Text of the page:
The answers to the human past are out there, hidden in the DNA of bones in ancient burial mounds and unmarked graves.

Increasingly, those answers are coming to light as geneticists at Harvard and elsewhere employ sophisticated methods to extract that DNA and make it readable despite the ravages of time.

On Tuesday, geneticists from Harvard Medical School (HMS) and the Broad Institute of Harvard and MIT highlighted those evolving techniques and talked about recent findings that revealed that a previously unknown group made a major contribution to the gene pool of modern Europeans and Native Americans. They also discussed the result of preliminary investigations that suggest that an ancient civilization located between the Black and Caspian seas may have created a major group of modern languages, spanning English, German, Russian, Urdu, Punjabi, and Hindi.

Michael McCormick, the Francis Goelet Professor of Medieval History, said the new techniques are opening “an extraordinary window on the human past” and make a powerful partner to traditional historical and archaeological techniques in understanding humanity’s hidden history.

“You and I have the extraordinary privilege of living in a time of revolutionary discovery … that extends advances of technology in the life sciences that are transforming the world today to … disciplines that are transforming our understanding of the human past, dissolving the timeworn barriers between history and prehistory, between science and the humanities,” McCormick said. “Human genetics are another extraordinary window on a vanished world of migrations and matings that take you back literally to the dawn of human time.”

McCormick introduced a talk at the Harvard-Yenching Library by Harvard Medical School genetics Professor David Reich, an associate at the Broad Institute, and Nick Patterson, the senior computational biologist at the Broad and visiting scientist and a research fellow in genetics at HMS and the Harvard T.H. Chan School of Public Health.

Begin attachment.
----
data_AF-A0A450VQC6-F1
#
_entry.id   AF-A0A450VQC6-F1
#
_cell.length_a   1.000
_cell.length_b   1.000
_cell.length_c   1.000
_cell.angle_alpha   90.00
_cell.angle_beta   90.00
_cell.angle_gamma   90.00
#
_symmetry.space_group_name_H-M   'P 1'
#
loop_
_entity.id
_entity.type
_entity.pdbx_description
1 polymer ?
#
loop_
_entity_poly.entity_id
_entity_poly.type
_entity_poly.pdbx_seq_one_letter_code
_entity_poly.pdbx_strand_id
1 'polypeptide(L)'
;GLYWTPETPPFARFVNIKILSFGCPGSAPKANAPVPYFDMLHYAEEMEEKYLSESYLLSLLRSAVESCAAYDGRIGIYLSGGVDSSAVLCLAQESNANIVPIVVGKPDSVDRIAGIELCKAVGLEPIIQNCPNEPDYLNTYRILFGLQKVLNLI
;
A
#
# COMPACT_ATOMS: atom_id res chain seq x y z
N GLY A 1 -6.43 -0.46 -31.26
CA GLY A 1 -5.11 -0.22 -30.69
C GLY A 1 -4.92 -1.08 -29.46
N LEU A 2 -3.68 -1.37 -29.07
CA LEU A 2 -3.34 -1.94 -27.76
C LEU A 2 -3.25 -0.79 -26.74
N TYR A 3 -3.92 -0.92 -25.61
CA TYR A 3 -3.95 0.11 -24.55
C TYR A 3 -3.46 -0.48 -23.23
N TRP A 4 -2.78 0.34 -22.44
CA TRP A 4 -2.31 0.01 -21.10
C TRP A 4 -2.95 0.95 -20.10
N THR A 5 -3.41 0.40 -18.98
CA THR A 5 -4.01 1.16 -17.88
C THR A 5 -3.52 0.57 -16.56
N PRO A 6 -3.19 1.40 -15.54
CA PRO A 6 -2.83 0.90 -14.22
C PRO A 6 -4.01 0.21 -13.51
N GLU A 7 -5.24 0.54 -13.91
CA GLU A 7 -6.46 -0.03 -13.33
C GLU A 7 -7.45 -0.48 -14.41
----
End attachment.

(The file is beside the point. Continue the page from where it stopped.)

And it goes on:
The lecture, “What’s New in Genomic Archaeology? The Peopling of Europe from Ancient and Modern DNA,” was sponsored by the Initiative for the Science of the Human Past at Harvard, whose steering committee McCormick chairs.

Reich highlighted recent research indicating that ancient European history was more complex than previously had been thought. Researchers had believed that Middle Eastern farmers pushed into Europe 8,500 years ago, after the advent of agriculture, displacing and blending with hunter-gatherer populations there over several thousand years.

First, Reich said, the genetic data clarifies that people migrated into the region, bringing farming with them, rather than agricultural practices spreading alone as they were learned, adopted, and passed along by different societies coming into contact with the cultures practicing them.

As expected, the genetic data showed that modern Europeans hold a mix of genes from Middle Eastern farmers and the European hunter-gatherers who preceded them into Europe. But it also shows that modern Europeans have genetic contributions from a third group, originating in ancient north Eurasia, that was unknown before research from Reich and collaborators was published in September. It appears that this group eventually spread not just into Europe, but also to North America, since their genes are represented in Native Americans.

That ancient north Eurasian population was apparently replaced in the lands between, however, because there’s no trace of their DNA in modern Siberians.

Patterson discussed early work that investigated the rise of one of the world’s predominant language groups: Indo-European. Hundreds of languages belong to the family today, including some of the most widely spoken, such as English, Spanish, Russian, and Hindi.

Patterson said that linguistic evidence has tracked the ancestral language, called “late proto-Indo-European” to about 3,500 years ago in the Caucasus, among a people who had wheeled vehicles at a time when they were just being put into use.

Genetic evidence ruled out one likely related group in the region, the Yamnaya, because their DNA showed the group had hunter-gatherer ancestry, which is inconsistent with the fact that two Indo-European groups, Armenians and Indians, don’t share it, Patterson said. That made Patterson look south, to the Maikop civilization, which likely had significant contact with the Yamnaya, as a plausible culture where Indo-European languages originated. Samples have been obtained from Maikop burial sites, but the DNA work to test that proposal is pending, Patterson said.

Such testing is dependent on sophisticated techniques, Reich said. When DNA can be extracted from bones found at burial sites, most of it actually is microbial DNA from the organisms that have colonized the bones since its owners’ death. In addition, researchers have to be careful that samples aren’t contaminated by handling after they are unearthed.

Reich’s lab uses a technique that targets 390,000 sites of variation on the human genome, extracts them from background DNA, and allows them to generate genome-wide data.

“A lot of it is microbial. Typically only 1 percent comes from the individual whose bone it was,” Reich said.